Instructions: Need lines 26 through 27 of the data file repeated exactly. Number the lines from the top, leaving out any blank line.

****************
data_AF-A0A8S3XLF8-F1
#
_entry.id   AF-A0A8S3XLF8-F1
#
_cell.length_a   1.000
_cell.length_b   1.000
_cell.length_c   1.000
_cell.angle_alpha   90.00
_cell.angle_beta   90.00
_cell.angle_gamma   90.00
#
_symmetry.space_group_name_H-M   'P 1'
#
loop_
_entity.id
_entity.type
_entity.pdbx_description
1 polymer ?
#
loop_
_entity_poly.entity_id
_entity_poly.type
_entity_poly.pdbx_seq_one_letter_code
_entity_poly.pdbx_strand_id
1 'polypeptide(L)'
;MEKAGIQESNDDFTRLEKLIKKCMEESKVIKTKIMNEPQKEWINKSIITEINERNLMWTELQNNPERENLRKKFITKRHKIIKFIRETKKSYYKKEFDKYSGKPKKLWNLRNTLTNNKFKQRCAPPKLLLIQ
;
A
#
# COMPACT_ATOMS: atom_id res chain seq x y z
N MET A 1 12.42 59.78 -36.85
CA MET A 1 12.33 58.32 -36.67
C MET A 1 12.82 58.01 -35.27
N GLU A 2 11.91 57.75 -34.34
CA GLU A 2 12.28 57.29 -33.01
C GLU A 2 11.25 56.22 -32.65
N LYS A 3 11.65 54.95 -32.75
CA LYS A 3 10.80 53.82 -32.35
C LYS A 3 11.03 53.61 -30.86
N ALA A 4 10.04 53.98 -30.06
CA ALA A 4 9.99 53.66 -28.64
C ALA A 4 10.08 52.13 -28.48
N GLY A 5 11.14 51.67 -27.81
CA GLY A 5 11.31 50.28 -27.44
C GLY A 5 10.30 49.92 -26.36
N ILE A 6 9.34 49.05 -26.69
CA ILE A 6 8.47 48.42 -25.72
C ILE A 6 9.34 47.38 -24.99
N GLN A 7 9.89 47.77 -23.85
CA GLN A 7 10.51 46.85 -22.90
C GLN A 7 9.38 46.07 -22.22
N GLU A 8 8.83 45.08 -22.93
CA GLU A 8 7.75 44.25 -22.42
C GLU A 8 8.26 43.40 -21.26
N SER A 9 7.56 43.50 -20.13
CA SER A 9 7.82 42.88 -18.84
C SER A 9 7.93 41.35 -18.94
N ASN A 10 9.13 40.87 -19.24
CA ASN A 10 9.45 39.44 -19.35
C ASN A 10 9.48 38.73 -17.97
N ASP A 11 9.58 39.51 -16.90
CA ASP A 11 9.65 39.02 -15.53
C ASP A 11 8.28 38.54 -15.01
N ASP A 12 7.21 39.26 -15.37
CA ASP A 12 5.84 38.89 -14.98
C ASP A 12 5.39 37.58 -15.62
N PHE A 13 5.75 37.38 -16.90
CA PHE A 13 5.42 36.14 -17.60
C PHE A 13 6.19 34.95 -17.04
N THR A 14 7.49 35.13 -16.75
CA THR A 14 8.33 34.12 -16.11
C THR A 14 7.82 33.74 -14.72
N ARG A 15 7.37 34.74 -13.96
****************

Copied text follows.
;MEKAGIQESNDDFTRLEKLIKKCMEESKVIKTKIMNEPQKEWINKSIITEINERNLMWTELQNNPERENLRKKFITKRHKIIKFIRETKKSYYKKEFDKYSGKPKKLWNLRNTLTNNKFKQRCAPPKLLLIQ
;